Founder, CEO & Strategist since 2001. Anders provides thoughts and reflections about how to think about onlinification and digitalisation in B2B.
Keep me updated!Subscribe
A clearly defined brand voice creates a strong direction for all communications. Learn how to define your brand voice and download the guide on how to build brand loyalty.
Your company's tone of voice must reflect your brand if you want to be successful online. You also need to align how you express yourself online with how you communicate offline. That will help you build brand loyalty over time, and unify the customer experience regardless of which company touchpoint customers chose to interact with.
Brand voice is the selection of words, values and the attitude of your company brand used when addressing the target audience or other stakeholders. It is how a brand conveys its brand personality to the external audience.
To be successful, your tone of voice needs to reflect your brand. Having an online brand voice that jars with your image will put potential and existing customers off and confuse them about who you are, what you do, and what you offer.
When developing your online activities, you must ensure that your communication is aligned with your existing brand and consistently demonstrates your brand values.
If you are unsure about your set of brand values, this is an excellent way to start as it will give you the possibility to create the foundation from which to develop and design everything going forward.
First, establish your brand values by going through every brand value that you think reflects your company.
Your next step is to order the importance of the different values and to pick three at most. If you go with more, the voice becomes too diluted. Also, most people (males in particular) only tend to remember three things at most.
Lots of companies select values such as passionate, honest and trusted. Never use such values - these are not values; they are fundamentals to any business and should be integrated with everything you do. The values you select must reflect your brand and what you stand for that sets you apart from others.
Once you have decided your brand values, consider how they align with your policies, people, products, services, processes, culture, and way of working. What do the brand values look like in practice and is the leadership living them, and consistently fulfilling them?
If customer satisfaction is an objective, do you treat your customers precisely like you would want to be treated, are you delivering the best you can, and how can your online activities support your customers?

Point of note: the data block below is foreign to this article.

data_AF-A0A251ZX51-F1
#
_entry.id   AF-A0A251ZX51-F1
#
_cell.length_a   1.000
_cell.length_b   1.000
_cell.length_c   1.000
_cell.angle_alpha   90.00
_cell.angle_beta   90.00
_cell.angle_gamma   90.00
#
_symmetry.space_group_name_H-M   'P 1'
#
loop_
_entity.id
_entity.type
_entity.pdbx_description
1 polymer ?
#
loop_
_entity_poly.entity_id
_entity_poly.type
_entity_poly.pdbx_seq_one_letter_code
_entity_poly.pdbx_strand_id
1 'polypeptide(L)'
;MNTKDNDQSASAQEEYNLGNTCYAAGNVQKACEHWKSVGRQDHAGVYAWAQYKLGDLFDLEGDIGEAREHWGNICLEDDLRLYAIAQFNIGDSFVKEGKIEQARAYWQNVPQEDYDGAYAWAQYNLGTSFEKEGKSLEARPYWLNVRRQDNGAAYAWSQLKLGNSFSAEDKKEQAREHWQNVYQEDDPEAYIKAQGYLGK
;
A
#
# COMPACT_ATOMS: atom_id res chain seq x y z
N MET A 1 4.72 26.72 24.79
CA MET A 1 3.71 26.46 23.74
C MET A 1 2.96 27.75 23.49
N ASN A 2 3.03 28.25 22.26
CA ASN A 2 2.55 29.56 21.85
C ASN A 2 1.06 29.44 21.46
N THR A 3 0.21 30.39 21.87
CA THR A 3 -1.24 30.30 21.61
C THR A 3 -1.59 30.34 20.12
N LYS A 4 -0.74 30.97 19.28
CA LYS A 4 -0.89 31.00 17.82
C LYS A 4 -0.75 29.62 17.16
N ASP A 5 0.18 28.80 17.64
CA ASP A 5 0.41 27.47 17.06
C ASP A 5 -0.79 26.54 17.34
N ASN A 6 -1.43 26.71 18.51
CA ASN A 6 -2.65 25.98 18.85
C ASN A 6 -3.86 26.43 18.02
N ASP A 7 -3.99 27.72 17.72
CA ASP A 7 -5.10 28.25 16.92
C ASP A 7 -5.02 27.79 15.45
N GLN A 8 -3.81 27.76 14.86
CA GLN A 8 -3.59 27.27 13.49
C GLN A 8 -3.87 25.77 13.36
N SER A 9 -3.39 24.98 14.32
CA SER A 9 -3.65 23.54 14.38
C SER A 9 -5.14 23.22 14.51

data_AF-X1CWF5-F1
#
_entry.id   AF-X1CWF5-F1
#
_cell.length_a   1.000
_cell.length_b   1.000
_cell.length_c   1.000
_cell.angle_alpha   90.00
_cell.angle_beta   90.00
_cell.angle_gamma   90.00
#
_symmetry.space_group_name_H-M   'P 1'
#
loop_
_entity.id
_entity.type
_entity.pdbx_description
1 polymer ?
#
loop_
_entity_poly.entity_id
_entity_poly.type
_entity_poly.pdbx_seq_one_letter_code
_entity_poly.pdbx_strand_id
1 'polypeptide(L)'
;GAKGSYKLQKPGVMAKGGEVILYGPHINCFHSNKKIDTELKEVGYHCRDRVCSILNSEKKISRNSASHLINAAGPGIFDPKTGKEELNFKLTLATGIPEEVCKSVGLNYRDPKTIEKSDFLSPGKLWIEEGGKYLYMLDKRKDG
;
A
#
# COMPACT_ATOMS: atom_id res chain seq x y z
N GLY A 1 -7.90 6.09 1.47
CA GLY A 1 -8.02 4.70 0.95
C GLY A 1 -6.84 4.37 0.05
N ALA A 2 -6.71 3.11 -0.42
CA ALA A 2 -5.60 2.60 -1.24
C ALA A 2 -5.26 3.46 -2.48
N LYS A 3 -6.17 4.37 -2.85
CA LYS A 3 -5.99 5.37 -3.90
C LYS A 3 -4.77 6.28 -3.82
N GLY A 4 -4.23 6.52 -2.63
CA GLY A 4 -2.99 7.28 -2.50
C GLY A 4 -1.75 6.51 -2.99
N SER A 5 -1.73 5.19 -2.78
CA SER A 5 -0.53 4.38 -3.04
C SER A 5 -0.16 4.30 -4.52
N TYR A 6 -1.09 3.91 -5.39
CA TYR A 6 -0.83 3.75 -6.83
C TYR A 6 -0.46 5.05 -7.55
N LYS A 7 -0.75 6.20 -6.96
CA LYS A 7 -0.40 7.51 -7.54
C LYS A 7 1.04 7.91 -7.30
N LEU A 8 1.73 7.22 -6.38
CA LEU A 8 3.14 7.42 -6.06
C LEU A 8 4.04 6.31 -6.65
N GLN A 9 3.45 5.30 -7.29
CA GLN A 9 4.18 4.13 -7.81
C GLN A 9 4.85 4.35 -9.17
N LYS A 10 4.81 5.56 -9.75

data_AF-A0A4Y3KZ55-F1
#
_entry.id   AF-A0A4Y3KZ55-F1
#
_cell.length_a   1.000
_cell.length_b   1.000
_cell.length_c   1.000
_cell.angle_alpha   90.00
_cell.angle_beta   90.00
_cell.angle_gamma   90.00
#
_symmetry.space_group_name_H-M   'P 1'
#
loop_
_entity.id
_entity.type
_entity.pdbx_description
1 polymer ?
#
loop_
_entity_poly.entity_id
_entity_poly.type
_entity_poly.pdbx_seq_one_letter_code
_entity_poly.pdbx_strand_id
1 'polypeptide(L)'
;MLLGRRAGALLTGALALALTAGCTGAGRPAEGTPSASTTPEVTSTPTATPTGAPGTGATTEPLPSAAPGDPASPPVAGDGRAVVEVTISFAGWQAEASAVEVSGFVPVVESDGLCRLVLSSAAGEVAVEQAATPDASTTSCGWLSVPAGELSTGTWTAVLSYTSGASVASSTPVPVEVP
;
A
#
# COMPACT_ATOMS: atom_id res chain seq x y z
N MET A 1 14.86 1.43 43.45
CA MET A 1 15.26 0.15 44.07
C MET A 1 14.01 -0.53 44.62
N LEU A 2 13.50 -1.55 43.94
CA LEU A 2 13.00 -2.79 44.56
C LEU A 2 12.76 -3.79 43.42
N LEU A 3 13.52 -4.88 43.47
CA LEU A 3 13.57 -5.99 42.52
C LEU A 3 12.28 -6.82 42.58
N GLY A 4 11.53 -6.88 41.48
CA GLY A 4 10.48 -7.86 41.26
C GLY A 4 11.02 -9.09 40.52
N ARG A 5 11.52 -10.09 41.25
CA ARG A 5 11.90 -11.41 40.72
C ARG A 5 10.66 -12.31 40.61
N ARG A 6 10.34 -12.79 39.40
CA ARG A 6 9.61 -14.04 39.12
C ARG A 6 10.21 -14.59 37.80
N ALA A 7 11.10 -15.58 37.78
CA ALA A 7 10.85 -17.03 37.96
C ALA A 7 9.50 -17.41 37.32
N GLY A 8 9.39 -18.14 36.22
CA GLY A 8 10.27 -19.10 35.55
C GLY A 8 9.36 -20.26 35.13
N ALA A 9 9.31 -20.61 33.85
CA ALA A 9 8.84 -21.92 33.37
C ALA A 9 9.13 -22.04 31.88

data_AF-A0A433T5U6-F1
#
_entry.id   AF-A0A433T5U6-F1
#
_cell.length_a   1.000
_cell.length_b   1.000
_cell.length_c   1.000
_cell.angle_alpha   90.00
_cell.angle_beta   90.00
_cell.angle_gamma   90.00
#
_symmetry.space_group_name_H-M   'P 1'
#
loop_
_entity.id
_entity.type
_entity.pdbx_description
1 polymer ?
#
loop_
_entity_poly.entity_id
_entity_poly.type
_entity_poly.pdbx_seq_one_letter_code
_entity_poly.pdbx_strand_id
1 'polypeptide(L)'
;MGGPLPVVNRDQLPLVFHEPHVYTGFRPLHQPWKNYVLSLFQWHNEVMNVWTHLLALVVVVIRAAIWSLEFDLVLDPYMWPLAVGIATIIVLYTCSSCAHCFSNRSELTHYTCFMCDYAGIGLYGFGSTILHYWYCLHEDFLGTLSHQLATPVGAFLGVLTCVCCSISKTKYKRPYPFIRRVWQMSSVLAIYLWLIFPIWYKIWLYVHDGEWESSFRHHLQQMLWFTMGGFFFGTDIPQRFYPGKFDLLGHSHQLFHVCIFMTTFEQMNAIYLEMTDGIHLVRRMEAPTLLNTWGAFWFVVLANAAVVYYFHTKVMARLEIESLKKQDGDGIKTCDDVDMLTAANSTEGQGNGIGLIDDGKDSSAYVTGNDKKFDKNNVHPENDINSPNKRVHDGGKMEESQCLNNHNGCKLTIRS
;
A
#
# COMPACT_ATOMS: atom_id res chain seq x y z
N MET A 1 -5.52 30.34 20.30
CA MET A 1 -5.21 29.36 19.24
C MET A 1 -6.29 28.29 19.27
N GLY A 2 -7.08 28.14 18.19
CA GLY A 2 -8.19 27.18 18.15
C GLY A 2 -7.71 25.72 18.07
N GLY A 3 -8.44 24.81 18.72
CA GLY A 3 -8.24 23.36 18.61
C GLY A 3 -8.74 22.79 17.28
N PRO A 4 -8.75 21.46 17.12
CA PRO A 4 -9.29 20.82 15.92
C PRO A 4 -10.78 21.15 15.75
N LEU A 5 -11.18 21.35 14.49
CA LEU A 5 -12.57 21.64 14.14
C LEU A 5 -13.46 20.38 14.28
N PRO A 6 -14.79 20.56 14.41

Have you set a time limit for responding to questions and support requests? How openly will you deal with complaints, and how transparent are you?
Once your brand values have been identified, you will be able to link all of your communication back to one of them. Stay stringent and focused; you can't be all things to all people.
You need relevant information about your target demographic from customer service and sales, but if you don't have this, then consider whom your company's brand is speaking to. Do you specifically target potential and existing customers?
Getting as much detail about your target group as possible will give you insights into what they are challenged by, and what they need. If you have the what's and how's to solve those needs and challenges, you will pique their interest, and your online content must match that interest to maximise the level of engagement you hope for.
How do you want your brand to be perceived? How do you want people to describe their interaction with your brand?
The defined brand personality will allow you to speak to your target audience with a clear and understandable voice, and it will demonstrate values and interests that match your target group. Give your brand personality the depth and character that you will need to engage well.
When you have identified the brand personality, make sure that you share it with anyone involved in communication at your company. Usually, there are several individuals involved in creating content and activities for your target personas, so making sure these are aligned is critical.
Your brand shall be the foundation for all activities and communications moving forward, and allow you to create a cohesive brand voice to manage the expectations of your potential and existing customers. Ultimately, it can become a training tool for team members, guiding them to become familiar with everything about your brand.
Remember that the brand will need to be updated as it evolves. Planning reviews of the "brand bible" ensures that you stay on top of how your brand is changing.
Without follow up and guidance, you usually end up with several voices talking at once, this will confuse your audience and weaken your brand.
A one-pager is all that is needed to outline the main elements of your brand personality; you have made the brand personality too complicated if your colleagues need to scroll to understand.
A clearly defined brand voice and personality creates a strong direction for all communications and allows you to quickly identify which activities to prioritise and which are genuinely related to the brand. It also helps you to avoid missing the mark or annoying your audience with irrelevance.
I hope you found this article relevant and on-brand.
Read more about brand loyalty and download the PowerPoint with nine effective ways to build brand loyalty.
Do you want to find out more about branding? Read our in-depth branding guide to learn more about the what, why, when and how of branding.